I ended up reading 13 Ways of Looking at a Fat Girl by Mona Awad as I learnt that it is a compilation of 13 detached stories rather than a continuous novel. It didn’t disappoint me that way. It depicts an initially fat girl’s life by picking up thirteen random set of days spread across almost those many years.
It starts in Mississauga, which she fondly refers to as Misery Saga, where we meet Elizabeth and her friend Mel. Here Elizabeth/Liz/Lizzy is the fat girl and Mel is the not so fat one. It is clear right from here that Liz is a regular teenager depressed about her obesity and the book is not about changing people’s perception regarding beauty. She is not here to offer a discourse regarding beauty not being skin deep and neither is she going to shame the body-shamers. What she rather does is far more amazing as, in the course of the book, she scraps a huge chunk of her flesh to gradually transform into a slim “moderately fuckable” woman. It takes years of self-motivation coupled with an extremely disciplined life to achieve this. Through the quaint stories scattered across the book, the writer shows us the colossal effort that Liz applies to achieve the transformation.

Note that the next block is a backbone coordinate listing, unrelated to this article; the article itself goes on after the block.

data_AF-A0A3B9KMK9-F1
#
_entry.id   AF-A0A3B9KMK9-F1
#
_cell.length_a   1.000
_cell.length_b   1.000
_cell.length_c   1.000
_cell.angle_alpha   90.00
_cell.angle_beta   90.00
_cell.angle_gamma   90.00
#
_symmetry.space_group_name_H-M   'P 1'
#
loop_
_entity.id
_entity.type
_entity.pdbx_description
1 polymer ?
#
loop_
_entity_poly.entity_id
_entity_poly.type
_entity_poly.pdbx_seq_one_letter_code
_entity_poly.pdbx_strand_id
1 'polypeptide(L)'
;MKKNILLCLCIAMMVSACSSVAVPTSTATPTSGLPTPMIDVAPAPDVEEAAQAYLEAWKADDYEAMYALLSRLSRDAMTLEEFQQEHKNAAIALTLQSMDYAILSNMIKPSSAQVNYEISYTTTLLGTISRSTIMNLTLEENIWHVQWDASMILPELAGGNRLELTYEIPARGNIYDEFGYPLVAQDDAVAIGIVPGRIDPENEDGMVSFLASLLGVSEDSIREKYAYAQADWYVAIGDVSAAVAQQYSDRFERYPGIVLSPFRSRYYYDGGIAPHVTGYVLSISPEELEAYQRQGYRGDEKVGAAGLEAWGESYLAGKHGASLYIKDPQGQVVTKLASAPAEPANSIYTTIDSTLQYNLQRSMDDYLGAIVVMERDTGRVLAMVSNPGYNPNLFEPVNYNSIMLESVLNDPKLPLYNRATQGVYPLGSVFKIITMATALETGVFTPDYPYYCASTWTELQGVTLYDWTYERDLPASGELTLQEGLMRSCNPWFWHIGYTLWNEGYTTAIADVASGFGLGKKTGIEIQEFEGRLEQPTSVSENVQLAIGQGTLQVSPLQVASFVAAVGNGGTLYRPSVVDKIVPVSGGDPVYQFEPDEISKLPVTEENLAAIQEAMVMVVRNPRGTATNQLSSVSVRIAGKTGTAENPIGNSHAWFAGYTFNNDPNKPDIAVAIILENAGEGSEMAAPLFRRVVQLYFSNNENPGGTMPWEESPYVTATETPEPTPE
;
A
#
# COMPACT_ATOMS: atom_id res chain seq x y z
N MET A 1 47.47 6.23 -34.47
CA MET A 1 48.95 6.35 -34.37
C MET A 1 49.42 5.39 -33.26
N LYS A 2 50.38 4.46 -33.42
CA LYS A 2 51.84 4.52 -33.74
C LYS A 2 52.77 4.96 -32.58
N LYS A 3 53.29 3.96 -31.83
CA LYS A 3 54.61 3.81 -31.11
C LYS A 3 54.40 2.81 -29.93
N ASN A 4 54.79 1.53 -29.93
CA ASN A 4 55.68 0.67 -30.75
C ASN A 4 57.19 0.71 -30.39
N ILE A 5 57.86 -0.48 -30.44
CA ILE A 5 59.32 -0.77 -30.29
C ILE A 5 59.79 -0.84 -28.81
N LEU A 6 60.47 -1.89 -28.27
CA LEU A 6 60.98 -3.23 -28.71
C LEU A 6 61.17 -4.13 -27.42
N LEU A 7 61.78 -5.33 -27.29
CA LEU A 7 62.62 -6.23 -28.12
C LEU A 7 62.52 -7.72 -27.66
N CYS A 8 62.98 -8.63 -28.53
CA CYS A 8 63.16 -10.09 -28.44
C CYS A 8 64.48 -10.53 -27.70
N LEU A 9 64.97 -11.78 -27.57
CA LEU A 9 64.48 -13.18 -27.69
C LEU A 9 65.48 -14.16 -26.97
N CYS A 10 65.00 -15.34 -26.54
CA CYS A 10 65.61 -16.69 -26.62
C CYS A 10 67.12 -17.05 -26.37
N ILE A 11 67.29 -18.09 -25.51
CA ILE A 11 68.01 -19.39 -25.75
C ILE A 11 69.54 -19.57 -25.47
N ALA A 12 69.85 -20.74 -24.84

While her life remains disciplined and centred around gym, Pilates, aerobics and salads that bring about the extreme transformation, the timid insecure teenager simultaneously transforms into a callous haughty woman unable to handle relations. When the end is near, she tries to cling on to her husband. The author paints an eloquent depiction of the way she attempts to clutch on to a last straw to save her sinking relationship.
The next chapter is a kind of a gradually dwindling hope of a reconciliation, and the subsequent chapters sketch her moderately dull life post divorce.
The second chapter is magnificiently narrated in second person.
The book itself is an overall nice effort.